The TRUTH and what the timber industry wants you to believe
by Lawrence Prather
Have you ever visited a forest that had been recently commercially logged? You
would have noticed several things immediately. First of all, it is HOT! With the
majority of the big and valuable trees removed, the sun bears down relentlessly,
drying out the forest floor that was previously shady and cool. Second, you would
have to maneuver around huge piles of slash. Slash is the name for all the branches
and needles that have been stripped off those big firs, redwoods and pines, all
the discarded hardwoods such as oaks and madrones that had been damaged during
the harvest, and their branches and leaves. Picture in your mind a tall, full
redwood tree, then picture only the trunk being taken away and everything else
left behind on the ground to bake in the hot sun.
For several years after a harvest, the fire hazard is increased substantially. There is all this available fuel present, dried out and ready to go. Chad Hanson wrote: In the Forest Services own National Fire Plan, agency scientists warned against the use of commercial logging to address fire management. The report found that the removal of large, merchantable trees from forests does not reduce fire risk and may, in fact, increase such risk. [San Francisco Chronicle, June 19, 2001].
When the timber industry folks try to tell you that commercial logging is good for the forest and good for fire prevention, you should be shaking your head in disbelief. And when they tell you that they are only removing dying and diseased trees, it is a fairy tale, because those trees are not valuable commercially. They take only the biggest and the best, leaving the skinny and the sickly, misshapen specimens which make great fuel.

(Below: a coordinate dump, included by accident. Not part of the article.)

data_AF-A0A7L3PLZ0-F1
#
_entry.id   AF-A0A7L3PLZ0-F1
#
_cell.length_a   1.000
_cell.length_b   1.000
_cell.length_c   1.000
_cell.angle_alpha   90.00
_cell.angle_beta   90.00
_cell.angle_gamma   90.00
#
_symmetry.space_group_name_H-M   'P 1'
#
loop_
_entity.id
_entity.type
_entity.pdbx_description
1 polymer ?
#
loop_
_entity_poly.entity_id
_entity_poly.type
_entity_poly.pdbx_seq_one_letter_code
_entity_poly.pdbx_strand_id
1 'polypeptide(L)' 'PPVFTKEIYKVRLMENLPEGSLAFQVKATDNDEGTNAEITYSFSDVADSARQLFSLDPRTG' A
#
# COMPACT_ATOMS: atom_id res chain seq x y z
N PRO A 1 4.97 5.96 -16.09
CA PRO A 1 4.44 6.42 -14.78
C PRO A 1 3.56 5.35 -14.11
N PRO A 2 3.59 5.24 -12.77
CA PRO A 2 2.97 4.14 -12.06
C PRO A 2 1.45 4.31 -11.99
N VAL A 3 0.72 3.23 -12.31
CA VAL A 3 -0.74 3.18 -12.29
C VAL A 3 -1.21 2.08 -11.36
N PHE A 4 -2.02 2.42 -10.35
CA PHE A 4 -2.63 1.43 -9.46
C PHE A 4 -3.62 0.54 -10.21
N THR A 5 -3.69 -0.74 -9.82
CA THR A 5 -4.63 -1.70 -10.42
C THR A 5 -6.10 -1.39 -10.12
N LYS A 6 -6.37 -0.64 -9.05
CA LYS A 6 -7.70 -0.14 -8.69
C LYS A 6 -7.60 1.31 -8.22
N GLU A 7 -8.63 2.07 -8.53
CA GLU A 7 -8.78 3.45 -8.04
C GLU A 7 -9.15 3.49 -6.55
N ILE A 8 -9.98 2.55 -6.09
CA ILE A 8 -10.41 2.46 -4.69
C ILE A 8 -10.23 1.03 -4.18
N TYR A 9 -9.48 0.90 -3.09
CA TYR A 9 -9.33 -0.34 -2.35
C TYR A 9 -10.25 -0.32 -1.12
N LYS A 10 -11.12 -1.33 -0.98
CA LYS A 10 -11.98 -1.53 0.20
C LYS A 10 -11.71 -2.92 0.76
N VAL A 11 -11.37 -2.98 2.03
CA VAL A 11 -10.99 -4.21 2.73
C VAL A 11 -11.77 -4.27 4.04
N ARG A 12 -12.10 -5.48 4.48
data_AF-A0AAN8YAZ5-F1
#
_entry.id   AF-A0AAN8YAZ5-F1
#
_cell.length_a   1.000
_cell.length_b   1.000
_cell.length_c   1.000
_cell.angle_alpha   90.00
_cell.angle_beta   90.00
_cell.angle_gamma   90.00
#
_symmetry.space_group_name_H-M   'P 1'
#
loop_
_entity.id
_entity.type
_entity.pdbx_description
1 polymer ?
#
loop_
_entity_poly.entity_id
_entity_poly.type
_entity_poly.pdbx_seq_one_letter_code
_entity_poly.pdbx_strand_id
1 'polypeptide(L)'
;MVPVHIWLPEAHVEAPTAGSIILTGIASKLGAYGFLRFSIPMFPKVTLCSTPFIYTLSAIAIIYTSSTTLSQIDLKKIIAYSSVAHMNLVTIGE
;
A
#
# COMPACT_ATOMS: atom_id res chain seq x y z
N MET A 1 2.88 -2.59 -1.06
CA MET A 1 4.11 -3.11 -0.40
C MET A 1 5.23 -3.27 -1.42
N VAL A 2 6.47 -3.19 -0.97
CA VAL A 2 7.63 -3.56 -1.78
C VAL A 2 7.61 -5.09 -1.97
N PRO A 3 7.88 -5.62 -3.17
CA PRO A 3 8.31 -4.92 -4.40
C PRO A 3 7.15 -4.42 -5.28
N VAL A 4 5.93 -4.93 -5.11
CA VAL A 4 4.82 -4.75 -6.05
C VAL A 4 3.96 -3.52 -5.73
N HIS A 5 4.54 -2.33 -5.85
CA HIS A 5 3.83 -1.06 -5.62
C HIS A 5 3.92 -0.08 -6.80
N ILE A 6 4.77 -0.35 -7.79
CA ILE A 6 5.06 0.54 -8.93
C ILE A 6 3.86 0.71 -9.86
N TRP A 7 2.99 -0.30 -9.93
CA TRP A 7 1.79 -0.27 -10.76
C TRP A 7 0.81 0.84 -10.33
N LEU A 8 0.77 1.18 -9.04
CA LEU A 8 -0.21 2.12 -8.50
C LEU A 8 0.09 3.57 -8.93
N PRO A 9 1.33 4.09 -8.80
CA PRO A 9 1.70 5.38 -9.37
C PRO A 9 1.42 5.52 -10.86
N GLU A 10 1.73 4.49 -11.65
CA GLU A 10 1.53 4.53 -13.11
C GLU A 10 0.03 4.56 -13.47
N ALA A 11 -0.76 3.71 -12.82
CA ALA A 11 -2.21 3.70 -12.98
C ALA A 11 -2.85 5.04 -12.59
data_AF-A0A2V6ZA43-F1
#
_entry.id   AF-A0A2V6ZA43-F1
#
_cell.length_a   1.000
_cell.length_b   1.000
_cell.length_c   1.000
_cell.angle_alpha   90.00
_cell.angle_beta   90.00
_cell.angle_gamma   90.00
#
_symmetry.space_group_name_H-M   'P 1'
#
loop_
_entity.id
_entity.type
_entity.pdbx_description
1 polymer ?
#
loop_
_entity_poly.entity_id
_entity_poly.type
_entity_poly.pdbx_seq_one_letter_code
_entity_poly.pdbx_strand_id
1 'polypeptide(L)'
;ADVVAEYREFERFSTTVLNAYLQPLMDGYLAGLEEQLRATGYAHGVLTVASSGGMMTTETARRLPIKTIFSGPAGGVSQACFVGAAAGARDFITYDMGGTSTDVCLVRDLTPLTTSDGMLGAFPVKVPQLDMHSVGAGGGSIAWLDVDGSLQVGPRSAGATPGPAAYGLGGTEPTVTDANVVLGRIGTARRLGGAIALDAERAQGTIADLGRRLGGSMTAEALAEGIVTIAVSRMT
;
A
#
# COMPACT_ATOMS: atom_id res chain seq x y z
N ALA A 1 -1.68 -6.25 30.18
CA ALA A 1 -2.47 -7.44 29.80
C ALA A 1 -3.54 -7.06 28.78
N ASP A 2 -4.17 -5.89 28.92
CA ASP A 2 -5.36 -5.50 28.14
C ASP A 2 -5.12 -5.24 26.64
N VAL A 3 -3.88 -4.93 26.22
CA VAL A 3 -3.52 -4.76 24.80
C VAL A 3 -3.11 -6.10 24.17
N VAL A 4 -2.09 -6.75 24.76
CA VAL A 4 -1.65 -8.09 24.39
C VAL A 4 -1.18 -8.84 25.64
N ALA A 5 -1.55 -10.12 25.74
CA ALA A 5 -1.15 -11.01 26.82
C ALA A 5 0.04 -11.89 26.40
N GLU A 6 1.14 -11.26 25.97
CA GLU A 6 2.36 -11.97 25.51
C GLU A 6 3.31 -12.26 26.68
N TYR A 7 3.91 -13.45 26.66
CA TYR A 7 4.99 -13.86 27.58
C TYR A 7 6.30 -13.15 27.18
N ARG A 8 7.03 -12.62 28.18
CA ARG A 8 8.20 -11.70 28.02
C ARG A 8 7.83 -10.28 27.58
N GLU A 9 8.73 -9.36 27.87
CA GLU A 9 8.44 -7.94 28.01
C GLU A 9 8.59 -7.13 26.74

The Earth Island Journal in its article, The Big Lie: Logging and Forest
Fires, reports that Not long ago, Congress commissioned a study of
Californias forests that came to be known as the Sierra Nevada Ecosystem
Project (SNEP) report. Produced jointly with the US Forest Service in 1996, the
report confirmed what people have known for over a century: timber harvest, through
its effects on forest structure, local microclimate, and fuel accumulation, has
increased fire severity more than any other recent human activity.
The article further states: Big Timbers PR solution was both simple
and diabolically clever: Tell people that commercial logging is the best thing
for the forests. If you love forests, their argument goes, then you must love
logging. By encouraging and exploiting the publics fear of fire (and the
publics lack of understanding about fires essential role in forest
ecology), timber corporations have deftly cast themselves as heroes, seeking only
to save our forests from catastrophic wildfires and saving adjacent
rural communities in the process.
Lawrence Prather is a local Sierra Club member and Director, Citizens for Responsible
Forest Management, Boulder Creek.